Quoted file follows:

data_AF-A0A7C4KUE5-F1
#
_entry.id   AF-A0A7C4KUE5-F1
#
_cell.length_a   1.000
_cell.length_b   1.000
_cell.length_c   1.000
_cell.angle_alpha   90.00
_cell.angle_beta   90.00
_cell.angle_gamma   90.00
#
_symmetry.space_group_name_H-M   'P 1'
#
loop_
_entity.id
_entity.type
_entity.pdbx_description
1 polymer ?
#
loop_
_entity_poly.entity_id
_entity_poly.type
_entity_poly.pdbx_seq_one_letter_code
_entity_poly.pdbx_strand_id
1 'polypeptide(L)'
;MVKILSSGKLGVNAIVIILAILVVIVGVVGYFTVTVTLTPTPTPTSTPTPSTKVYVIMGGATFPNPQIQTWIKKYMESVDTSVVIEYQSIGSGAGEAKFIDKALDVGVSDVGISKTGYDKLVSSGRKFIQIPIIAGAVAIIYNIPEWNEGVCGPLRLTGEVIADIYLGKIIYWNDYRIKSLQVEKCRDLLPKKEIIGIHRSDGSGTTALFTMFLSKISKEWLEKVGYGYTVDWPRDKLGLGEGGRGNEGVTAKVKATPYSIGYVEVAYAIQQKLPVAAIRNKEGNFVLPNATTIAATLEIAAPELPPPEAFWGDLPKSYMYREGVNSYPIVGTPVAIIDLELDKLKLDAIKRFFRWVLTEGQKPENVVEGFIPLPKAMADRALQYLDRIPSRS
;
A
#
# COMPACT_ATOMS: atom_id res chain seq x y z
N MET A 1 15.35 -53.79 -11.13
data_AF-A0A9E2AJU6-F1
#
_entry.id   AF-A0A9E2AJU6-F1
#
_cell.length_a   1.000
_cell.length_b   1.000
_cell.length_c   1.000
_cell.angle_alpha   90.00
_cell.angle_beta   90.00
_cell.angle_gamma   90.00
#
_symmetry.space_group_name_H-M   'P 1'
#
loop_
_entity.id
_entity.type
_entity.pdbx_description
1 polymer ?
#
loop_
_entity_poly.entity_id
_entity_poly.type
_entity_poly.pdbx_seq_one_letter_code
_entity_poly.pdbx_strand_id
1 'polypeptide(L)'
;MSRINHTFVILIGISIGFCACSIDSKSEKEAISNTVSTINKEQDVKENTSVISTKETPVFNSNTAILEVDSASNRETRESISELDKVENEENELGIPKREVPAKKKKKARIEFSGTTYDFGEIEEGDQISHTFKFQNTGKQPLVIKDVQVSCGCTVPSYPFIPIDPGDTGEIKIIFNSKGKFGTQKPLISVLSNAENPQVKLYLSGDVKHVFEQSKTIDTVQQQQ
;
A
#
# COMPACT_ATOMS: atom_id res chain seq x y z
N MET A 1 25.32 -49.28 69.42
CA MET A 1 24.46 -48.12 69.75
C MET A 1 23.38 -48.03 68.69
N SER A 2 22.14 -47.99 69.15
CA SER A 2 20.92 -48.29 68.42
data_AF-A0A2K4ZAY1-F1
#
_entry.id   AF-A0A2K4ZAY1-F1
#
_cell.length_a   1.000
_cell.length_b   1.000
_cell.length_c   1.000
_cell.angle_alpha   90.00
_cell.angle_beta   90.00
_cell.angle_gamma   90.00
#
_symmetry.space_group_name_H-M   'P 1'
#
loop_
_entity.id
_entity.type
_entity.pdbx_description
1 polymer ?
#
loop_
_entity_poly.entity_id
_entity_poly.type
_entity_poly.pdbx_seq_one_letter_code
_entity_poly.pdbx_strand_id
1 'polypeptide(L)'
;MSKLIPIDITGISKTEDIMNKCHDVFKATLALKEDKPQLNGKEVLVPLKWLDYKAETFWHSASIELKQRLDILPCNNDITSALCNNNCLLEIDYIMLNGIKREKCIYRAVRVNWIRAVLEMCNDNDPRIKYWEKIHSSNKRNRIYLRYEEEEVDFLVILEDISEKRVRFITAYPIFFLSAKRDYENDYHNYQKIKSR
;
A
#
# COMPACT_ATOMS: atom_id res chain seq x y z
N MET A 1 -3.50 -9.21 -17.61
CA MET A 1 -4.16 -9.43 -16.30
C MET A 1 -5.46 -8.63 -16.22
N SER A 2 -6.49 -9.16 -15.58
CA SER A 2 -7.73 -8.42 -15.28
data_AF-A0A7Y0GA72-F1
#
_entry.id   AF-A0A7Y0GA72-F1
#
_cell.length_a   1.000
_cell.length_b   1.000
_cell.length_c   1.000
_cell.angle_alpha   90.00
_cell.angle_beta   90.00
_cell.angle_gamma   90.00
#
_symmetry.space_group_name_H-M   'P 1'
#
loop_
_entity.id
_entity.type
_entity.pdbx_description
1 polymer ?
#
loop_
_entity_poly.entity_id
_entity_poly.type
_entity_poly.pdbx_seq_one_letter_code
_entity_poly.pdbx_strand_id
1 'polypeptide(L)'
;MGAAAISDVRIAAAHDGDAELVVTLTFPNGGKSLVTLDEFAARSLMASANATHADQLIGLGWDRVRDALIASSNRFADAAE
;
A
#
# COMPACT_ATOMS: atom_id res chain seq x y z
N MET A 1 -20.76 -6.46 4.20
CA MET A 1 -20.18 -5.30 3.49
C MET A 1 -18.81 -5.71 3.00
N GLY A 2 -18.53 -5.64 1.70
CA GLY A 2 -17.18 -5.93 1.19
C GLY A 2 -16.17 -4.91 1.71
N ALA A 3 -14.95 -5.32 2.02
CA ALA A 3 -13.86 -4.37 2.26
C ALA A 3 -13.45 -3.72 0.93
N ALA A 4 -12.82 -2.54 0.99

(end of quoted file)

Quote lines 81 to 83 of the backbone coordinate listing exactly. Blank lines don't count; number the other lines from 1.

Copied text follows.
_entity.id
_entity.type
_entity.pdbx_description